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Preamble

[1] The preamble sets the tone of the Rome Statute. Pursuant to Article 31 of the Vienna Convention the preamble is part of the context within the Rome Statute should be interpreted and applied.
   The Appeals Chamber has stated that when interpretating treaties, including the Rome Statute, the purposes may be gathered from "the wider aims of the law as may be gathered from its preamble and general tenor of the treaty", Situation in Democratic Republic of the Congo, Judgment on the Prosecutor's Application for Extraordinary Review of Pre-Trial Chamber I's 31 March 2006 Decision Denying Leave to Appeal, ICC-01/04-168, 13 July 2006, para. 33.
   Operative Articles are typically more detailed and thus have higher rank than the preamble. The three first paragraphs of the preamble are more moral and philosophical statements and do not set out prescriptive rules. Similarly, the ninth and eleventh paragraphs does not have real prescriptive significance. The remaining paragraphs have been more prescriptive. To consider the preamble would normally only be necessary in cases of doubt.

Author: Mark Klamberg

Updated: 30 June 2016

Preamble - shared heritage

[2] Conscious that all peoples are united by common bonds, their cultures pieced together in a shared heritage, and concerned that this delicate mosaic may be shattered at any time,
The affirmation in this paragraph is a way to highlight the importance of cultures and the need for various peoples of the world to exercise respect and tolerance fore one another. The references to "common bonds" and "shared heritage" recognize that humankind essentially is one despite differences between societies.

Author: Mark Klamberg

Updated: 30 June 2016

Preamble - victims

[3] Mindful that during this century millions of children, women and men have been victims of unimaginable atrocities that deeply shock the conscience of humanity,
The second preambular paragraph which has a reference to the millions of victims of past atrocities is an effort to ensure that the memory of these atrocities remain as a part of the collective human conscience.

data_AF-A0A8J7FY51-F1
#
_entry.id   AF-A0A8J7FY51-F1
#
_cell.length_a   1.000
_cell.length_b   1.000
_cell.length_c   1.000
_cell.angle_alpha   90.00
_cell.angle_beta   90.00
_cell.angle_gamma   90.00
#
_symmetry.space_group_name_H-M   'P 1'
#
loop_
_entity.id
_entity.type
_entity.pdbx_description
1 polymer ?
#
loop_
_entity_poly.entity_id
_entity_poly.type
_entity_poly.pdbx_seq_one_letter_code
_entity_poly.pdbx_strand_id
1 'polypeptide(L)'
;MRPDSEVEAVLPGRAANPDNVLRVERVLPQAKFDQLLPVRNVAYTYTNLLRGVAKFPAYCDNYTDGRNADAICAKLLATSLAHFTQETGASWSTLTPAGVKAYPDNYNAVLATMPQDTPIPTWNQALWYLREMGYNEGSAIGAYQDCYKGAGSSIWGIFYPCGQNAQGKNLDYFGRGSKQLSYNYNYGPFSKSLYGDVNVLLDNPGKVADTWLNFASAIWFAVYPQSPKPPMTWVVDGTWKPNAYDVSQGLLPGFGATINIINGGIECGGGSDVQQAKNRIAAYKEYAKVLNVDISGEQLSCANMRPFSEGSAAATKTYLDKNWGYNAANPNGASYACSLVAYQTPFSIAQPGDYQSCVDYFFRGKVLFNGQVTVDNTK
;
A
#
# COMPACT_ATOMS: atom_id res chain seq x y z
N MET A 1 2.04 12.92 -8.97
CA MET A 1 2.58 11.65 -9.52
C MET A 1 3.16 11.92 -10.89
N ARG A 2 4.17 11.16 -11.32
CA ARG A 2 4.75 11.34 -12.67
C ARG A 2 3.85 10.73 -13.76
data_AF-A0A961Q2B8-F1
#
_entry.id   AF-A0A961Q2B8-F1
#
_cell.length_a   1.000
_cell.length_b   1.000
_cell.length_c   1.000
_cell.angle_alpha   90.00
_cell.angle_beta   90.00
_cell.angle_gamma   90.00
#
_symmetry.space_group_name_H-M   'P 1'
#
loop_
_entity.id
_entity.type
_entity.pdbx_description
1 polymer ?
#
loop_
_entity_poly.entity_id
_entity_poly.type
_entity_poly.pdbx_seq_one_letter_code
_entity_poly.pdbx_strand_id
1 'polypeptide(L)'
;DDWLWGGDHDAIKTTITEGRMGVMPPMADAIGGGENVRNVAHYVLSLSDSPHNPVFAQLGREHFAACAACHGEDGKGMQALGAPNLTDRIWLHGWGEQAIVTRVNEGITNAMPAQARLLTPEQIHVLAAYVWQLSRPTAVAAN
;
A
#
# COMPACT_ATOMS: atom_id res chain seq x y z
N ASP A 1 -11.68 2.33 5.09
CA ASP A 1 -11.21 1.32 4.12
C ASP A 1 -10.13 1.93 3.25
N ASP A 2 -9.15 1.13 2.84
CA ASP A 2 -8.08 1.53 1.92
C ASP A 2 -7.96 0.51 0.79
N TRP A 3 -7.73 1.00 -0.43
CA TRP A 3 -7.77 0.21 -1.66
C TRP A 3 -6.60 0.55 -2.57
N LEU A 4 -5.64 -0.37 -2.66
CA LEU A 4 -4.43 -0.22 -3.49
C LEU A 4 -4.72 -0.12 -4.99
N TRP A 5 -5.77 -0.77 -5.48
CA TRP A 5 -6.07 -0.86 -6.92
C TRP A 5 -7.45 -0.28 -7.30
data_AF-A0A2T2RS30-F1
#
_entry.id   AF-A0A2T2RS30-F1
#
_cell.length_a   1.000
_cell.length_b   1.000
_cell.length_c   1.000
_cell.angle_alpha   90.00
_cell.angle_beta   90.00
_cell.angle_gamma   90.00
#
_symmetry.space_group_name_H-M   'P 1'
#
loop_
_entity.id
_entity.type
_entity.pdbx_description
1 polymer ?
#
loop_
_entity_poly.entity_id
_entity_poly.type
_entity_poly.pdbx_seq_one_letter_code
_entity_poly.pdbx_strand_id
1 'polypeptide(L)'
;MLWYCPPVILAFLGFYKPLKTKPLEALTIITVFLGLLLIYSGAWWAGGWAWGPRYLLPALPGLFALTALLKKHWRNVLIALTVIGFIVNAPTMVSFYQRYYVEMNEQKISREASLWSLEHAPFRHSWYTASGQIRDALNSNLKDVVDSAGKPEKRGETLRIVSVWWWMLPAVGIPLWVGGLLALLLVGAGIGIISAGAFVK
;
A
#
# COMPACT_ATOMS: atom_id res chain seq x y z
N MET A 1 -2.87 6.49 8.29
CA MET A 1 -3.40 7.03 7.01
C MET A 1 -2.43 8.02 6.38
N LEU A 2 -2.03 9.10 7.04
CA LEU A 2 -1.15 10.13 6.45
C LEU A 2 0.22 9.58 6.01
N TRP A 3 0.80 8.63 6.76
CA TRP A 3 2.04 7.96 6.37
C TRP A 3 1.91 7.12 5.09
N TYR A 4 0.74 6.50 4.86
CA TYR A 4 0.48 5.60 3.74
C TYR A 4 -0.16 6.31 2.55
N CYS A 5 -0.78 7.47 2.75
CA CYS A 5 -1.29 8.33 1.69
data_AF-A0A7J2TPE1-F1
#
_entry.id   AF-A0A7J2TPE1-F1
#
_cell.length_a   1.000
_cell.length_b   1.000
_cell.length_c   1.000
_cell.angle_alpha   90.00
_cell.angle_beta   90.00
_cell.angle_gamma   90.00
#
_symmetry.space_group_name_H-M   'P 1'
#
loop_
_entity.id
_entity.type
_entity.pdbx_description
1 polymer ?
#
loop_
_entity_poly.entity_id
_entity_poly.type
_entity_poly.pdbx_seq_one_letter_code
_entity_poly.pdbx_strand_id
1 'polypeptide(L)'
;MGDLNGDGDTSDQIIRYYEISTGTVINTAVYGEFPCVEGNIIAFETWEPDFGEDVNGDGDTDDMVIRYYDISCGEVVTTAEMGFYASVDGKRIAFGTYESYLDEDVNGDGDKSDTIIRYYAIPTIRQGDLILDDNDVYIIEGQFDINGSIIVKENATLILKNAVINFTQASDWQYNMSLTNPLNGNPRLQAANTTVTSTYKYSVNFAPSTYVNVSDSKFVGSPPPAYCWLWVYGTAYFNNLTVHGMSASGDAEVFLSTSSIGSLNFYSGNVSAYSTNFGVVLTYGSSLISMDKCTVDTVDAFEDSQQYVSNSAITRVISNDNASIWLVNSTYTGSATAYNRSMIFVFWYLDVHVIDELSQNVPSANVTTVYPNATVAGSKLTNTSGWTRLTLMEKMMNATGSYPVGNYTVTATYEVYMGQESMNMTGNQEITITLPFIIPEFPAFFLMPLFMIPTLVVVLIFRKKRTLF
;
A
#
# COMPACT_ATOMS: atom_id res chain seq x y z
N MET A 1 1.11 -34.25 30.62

Author: Mark Klamberg

Updated: 30 June 2016

Preamble - grave crimes

[4] Recognizing that such grave crimes threaten the peace, security and well-being of the world,
The third preambular paragraph uses the term "grave crimes", clarifying that that the "unimaginable atrocities" mentioned in paragraph 2 are not any crimes. Paragraphs 4 and 9 uses the similar term "the most serious crimes of concern", also to be found in Articles 1 and 5(1). The paragraph also mentions the values that the international criminal law seeks to protect: peace, security and well-being of the world. This may be compared with the formula "peace and security" throughout the UN Charter. The addition of "well-being" was done to emphasize more than the narrow concept of security, but also distribution of basic resources.

Author: Mark Klamberg

Updated: 30 June 2016

Preamble - affirming

[5] Affirming that the most serious crimes of concern to the international community as a whole must not go unpunished and that their effective prosecution must be ensured by taking measures at the national level and by enhancing international cooperation,
The fourth preambular paragraph asserts the rule to fight against impunity, an obligation repeated in the fifth and sixth preambular paragraphs. Although this paragraph stresses the need for national measures at the national level and international cooperation, it does not deal with the relationship between the jurisdiction of the ICC and national jurisdictions. This matter is instead dealt with in the tenth preambular paragraph, Articles 1 and 17.

Author: Mark Klamberg

Updated: 30 June 2016

Preamble - end impunity

[6] Determined to put an end to impunity for the perpetrators of these crimes and thus to contribute to the prevention of such crimes,